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Consumption smoothing and vulnerability in Russia

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  • Christopher Gerry
  • Carmen Li

Abstract

Applying bootstrapped quantile regression to the Russian Longitudinal Monitoring Survey (RLMS) data, we examine the channels through which individuals experience and seek to cope with changes in consumption. We find that married individuals living in small households, with educated heads in urban areas are better equipped to smooth consumption. Investigating the impact of idiosyncratic shocks, we find that the labour market is an important transmission mechanism allowing households to smooth their consumption but also exposing them to risk, mainly through job loss. Outside of pension payments, the formal social safety net does not facilitate consumption smoothing, thus heightening the importance of informal coping institutions. It transpires that both support from relatives/friends and home production act as important insurance mechanisms for the most vulnerable. In contrast with previous findings, it would seem that regardless of its historical, political and social roots, the garden plots and dachas, often romanticized in Russian literature, do provide a means by which 'urban' Russians are able to cope with economic fluctuations. We finish by stressing the important policy lessons for Russia's developing market economy.

Suggested Citation

  • Christopher Gerry & Carmen Li, 2010. "Consumption smoothing and vulnerability in Russia," Applied Economics, Taylor & Francis Journals, vol. 42(16), pages 1995-2007.
  • Handle: RePEc:taf:applec:v:42:y:2010:i:16:p:1995-2007 DOI: 10.1080/00036840701765403
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    References listed on IDEAS

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    1. Ethan Ligon & Laura Schechter, 2003. "Measuring Vulnerability," Economic Journal, Royal Economic Society, vol. 113(486), pages 95-102, March.
    2. Seeth, Harm Tho & Chachnov, Sergei & Surinov, Alexander & Von Braun, Joachim, 1998. "Russian poverty: Muddling through economic transition with garden plots," World Development, Elsevier, vol. 26(9), pages 1611-1624, September.
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    Cited by:

    1. Vadym Volosovych, 2013. "Risk sharing from international factor income: explaining cross-country differences," Applied Economics, Taylor & Francis Journals, vol. 45(11), pages 1435-1459, April.
    2. Nivorozhkina, Ludmila & Nivorozhkin, Anton & Abazieva, Kamilla, 2010. "Drop in consumption associated with retirement. The regression discontinuity design approach," Applied Econometrics, Publishing House "SINERGIA PRESS", vol. 19(3), pages 112-126.
    3. Maksim Yemelyanau, 2009. "Second agriculture in Belarus and Ukraine:subsistence or leisure?," BEROC Working Paper Series 08, Belarusian Economic Research and Outreach Center (BEROC).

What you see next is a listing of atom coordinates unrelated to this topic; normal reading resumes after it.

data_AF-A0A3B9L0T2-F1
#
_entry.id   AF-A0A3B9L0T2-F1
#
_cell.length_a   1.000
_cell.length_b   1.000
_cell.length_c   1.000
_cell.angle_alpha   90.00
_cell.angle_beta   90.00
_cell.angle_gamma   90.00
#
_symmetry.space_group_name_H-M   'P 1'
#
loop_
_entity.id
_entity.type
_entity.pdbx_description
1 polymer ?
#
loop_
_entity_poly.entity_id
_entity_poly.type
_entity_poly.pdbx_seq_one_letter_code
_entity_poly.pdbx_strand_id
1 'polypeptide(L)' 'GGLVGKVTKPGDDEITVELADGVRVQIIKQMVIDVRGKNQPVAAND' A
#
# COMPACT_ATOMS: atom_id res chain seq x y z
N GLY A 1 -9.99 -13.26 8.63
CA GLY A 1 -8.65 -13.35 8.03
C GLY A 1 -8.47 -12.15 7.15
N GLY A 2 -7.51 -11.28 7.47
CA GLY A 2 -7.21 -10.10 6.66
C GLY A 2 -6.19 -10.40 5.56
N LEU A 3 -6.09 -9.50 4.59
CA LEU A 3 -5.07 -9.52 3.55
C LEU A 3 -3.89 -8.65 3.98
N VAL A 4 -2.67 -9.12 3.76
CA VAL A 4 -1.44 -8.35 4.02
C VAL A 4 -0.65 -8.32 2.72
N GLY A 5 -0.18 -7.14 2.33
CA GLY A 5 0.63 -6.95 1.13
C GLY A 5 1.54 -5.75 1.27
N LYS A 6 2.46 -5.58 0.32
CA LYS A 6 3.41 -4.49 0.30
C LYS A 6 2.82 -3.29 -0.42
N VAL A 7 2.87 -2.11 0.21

4. Kseniya Abanokova & Michael Lokshin, 2015. "Changes in household composition as a shock-mitigating strategy," The Economics of Transition, The European Bank for Reconstruction and Development, vol. 23(2), pages 371-388, April.
    5. Celidoni, Martina, 2011. "Vulnerability to poverty: An empirical comparison of alternative measures," MPRA Paper 33002, University Library of Munich, Germany.
    6. Nazim Habibov & Elvin Afandi, 2017. "Community-Level Social Capital and Household Strategies for Coping with Global Crisis in Transitional Countries," Social Indicators Research: An International and Interdisciplinary Journal for Quality-of-Life Measurement, Springer, vol. 130(2), pages 687-710, January.
    7. Kumo, Kazuhiro, 2015. "Research on Poverty in Transition Economies: A Meta-analysis on Changes in the Determinants of Poverty," RRC Working Paper Series 51, Russian Research Center, Institute of Economic Research, Hitotsubashi University.
    8. Anton Nivorozhkin & Ludmila Nivorozhkina & Kamila Abazieva, 2013. "Expenditures and Income Adequacy at Retirement," Economics Bulletin, AccessEcon, vol. 33(3), pages 2017-2023.
    9. Azeem, Muhammad Masood & Mugera, Amin W. & Schilizzi, Steven, 2016. "Poverty and vulnerability in the Punjab, Pakistan: A multilevel analysis," Journal of Asian Economics, Elsevier, vol. 44(C), pages 57-72.
    10. Tomoki Fujii, 2016. "Concepts and measurement of vulnerability to poverty and other issues: a review of literature," Chapters,in: The Asian ‘Poverty Miracle’, chapter 3, pages 53-83 Edward Elgar Publishing.
    11. Tomoki Fujii, 2016. "Concepts and measurement of vulnerability to poverty and other issues: a review of literature," Chapters,in: The Asian ‘Poverty Miracle’, chapter 3, pages 53-83 Edward Elgar Publishing.
    12. Wang, Haining & Cheng, Zhiming & Smyth, Russell, 2016. "Language and consumption," China Economic Review, Elsevier, vol. 40(C), pages 135-151.
    13. Larysa Krasnikova & Olena Osinkina & Tamara Podvysotskaya & Yuriy Podvysotskiy, 2012. "Social Aspects of Crisis Effects on Households: The Case of Ukraine," wiiw Balkan Observatory Working Papers 103, The Vienna Institute for International Economic Studies, wiiw.
    14. Loretta G. Platts, 2015. "A prospective analysis of labour market status and self-rated health in the UK and Russia," The Economics of Transition, The European Bank for Reconstruction and Development, vol. 23(2), pages 343-370, April.

    More about this item

    JEL classification:

    • I31 - Health, Education, and Welfare - - Welfare, Well-Being, and Poverty - - - General Welfare, Well-Being
    • P20 - Economic Systems - - Socialist Systems and Transition Economies - - - General

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